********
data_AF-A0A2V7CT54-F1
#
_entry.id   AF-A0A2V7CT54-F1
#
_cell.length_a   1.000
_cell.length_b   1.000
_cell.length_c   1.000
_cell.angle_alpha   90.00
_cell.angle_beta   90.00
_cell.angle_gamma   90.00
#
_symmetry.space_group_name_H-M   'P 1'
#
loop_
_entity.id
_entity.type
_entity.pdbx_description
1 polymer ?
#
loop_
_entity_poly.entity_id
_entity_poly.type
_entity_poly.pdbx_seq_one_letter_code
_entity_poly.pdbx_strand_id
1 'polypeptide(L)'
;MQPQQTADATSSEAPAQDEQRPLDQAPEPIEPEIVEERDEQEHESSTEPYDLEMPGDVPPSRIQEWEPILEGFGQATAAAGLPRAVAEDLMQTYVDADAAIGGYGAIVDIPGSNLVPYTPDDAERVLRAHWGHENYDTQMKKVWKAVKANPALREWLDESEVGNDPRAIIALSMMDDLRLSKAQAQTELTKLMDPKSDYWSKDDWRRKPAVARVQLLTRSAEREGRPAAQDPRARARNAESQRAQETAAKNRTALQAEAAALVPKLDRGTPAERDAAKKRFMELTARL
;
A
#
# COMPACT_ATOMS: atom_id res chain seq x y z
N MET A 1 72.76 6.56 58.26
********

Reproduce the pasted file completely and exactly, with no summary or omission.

data_AF-A0A2V7CT54-F1
#
_entry.id   AF-A0A2V7CT54-F1
#
_cell.length_a   1.000
_cell.length_b   1.000
_cell.length_c   1.000
_cell.angle_alpha   90.00
_cell.angle_beta   90.00
_cell.angle_gamma   90.00
#
_symmetry.space_group_name_H-M   'P 1'
#
loop_
_entity.id
_entity.type
_entity.pdbx_description
1 polymer ?
#
loop_
_entity_poly.entity_id
_entity_poly.type
_entity_poly.pdbx_seq_one_letter_code
_entity_poly.pdbx_strand_id
1 'polypeptide(L)'
;MQPQQTADATSSEAPAQDEQRPLDQAPEPIEPEIVEERDEQEHESSTEPYDLEMPGDVPPSRIQEWEPILEGFGQATAAAGLPRAVAEDLMQTYVDADAAIGGYGAIVDIPGSNLVPYTPDDAERVLRAHWGHENYDTQMKKVWKAVKANPALREWLDESEVGNDPRAIIALSMMDDLRLSKAQAQTELTKLMDPKSDYWSKDDWRRKPAVARVQLLTRSAEREGRPAAQDPRARARNAESQRAQETAAKNRTALQAEAAALVPKLDRGTPAERDAAKKRFMELTARL
;
A
#
# COMPACT_ATOMS: atom_id res chain seq x y z
N MET A 1 72.76 6.56 58.26